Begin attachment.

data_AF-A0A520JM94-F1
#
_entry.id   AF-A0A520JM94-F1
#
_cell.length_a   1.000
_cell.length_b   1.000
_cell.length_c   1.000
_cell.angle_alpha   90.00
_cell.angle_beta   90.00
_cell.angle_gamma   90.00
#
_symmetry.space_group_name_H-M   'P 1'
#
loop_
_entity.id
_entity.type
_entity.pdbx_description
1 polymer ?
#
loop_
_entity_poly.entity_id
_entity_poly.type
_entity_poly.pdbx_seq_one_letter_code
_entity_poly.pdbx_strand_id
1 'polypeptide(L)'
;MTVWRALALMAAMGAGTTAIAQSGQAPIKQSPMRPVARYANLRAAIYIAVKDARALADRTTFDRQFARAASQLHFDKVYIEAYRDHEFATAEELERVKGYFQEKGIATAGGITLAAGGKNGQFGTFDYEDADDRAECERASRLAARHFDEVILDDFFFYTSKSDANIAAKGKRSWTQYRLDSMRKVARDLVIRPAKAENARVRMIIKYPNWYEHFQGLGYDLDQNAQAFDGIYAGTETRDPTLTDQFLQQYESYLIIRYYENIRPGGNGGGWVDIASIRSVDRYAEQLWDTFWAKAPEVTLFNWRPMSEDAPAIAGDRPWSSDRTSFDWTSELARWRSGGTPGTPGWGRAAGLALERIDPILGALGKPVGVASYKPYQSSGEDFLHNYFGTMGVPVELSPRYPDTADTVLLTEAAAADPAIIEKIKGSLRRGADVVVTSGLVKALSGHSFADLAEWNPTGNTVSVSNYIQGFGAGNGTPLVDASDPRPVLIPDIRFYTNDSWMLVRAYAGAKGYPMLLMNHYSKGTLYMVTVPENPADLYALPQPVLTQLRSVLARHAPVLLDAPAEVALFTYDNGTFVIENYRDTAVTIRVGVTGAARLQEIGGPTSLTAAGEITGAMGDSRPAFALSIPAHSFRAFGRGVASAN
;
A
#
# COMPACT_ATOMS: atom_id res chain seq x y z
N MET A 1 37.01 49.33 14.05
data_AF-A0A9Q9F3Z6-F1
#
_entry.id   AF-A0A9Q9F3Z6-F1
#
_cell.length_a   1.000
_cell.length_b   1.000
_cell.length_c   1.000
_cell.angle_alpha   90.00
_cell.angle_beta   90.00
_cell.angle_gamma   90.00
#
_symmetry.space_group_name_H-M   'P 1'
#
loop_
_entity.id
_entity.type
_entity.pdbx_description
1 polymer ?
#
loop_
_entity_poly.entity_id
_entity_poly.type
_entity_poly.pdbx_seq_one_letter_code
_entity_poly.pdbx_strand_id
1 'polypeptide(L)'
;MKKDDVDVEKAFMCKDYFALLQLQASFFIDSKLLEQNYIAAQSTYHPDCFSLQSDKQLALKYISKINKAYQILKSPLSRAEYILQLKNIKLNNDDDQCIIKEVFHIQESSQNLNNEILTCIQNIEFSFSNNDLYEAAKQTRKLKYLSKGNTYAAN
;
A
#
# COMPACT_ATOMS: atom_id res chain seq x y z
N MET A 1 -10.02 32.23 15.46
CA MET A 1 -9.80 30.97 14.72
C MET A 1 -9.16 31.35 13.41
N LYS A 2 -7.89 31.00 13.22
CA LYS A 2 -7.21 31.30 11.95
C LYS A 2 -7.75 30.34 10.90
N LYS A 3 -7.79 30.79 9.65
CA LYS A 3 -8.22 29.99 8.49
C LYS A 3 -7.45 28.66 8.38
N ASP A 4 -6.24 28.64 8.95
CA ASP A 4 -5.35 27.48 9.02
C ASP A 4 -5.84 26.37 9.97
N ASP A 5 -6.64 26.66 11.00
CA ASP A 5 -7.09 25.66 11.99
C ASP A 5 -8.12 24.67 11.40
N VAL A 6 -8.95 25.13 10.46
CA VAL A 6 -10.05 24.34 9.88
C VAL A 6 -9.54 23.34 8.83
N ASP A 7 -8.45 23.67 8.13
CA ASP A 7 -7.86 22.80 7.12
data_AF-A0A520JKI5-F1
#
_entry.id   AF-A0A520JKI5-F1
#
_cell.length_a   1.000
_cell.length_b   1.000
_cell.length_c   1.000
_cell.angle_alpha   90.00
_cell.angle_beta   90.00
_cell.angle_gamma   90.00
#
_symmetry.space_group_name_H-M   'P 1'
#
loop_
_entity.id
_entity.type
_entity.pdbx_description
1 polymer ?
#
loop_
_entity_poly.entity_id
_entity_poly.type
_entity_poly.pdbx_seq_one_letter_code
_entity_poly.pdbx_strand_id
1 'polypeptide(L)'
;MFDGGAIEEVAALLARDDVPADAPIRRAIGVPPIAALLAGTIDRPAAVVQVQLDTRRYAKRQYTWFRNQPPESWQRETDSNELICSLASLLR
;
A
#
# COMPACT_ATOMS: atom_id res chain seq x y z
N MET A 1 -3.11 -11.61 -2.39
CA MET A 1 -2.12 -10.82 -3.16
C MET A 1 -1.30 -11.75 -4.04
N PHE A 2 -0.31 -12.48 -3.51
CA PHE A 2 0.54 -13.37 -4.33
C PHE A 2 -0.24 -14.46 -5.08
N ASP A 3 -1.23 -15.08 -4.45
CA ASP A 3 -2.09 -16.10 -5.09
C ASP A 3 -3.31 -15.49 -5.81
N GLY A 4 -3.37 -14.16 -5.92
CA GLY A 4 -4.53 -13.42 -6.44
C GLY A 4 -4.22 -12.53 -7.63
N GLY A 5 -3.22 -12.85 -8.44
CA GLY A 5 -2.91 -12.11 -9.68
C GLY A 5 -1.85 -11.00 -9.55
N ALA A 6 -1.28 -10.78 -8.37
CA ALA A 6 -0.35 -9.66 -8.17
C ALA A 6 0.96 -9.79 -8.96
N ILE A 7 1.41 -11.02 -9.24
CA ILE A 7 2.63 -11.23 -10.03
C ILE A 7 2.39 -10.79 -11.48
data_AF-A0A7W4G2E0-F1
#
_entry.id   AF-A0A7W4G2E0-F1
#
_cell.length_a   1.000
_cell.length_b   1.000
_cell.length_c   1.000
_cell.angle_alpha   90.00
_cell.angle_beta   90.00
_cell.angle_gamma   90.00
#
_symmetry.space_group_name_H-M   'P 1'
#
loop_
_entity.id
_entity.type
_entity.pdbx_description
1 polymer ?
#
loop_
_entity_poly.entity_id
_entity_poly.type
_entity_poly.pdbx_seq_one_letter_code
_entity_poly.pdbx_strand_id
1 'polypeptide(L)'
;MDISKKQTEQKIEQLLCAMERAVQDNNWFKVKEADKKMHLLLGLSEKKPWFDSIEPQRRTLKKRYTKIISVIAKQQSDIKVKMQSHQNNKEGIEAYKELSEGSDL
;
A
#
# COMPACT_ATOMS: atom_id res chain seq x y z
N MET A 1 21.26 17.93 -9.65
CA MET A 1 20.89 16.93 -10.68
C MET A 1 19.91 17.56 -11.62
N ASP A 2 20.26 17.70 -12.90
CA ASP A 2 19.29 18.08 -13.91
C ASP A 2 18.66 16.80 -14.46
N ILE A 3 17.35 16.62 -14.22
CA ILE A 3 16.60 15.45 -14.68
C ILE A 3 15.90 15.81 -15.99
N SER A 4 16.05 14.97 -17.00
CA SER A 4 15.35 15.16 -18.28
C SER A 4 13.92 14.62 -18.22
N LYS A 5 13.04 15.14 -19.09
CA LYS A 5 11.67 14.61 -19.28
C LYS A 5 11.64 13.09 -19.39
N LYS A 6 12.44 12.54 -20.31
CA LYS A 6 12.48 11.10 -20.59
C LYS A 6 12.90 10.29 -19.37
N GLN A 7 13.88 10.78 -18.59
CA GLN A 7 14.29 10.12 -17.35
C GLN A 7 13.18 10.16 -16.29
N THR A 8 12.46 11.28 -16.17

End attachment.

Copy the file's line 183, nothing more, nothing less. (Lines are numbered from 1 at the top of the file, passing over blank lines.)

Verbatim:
C GLN A 7 13.18 10.16 -16.29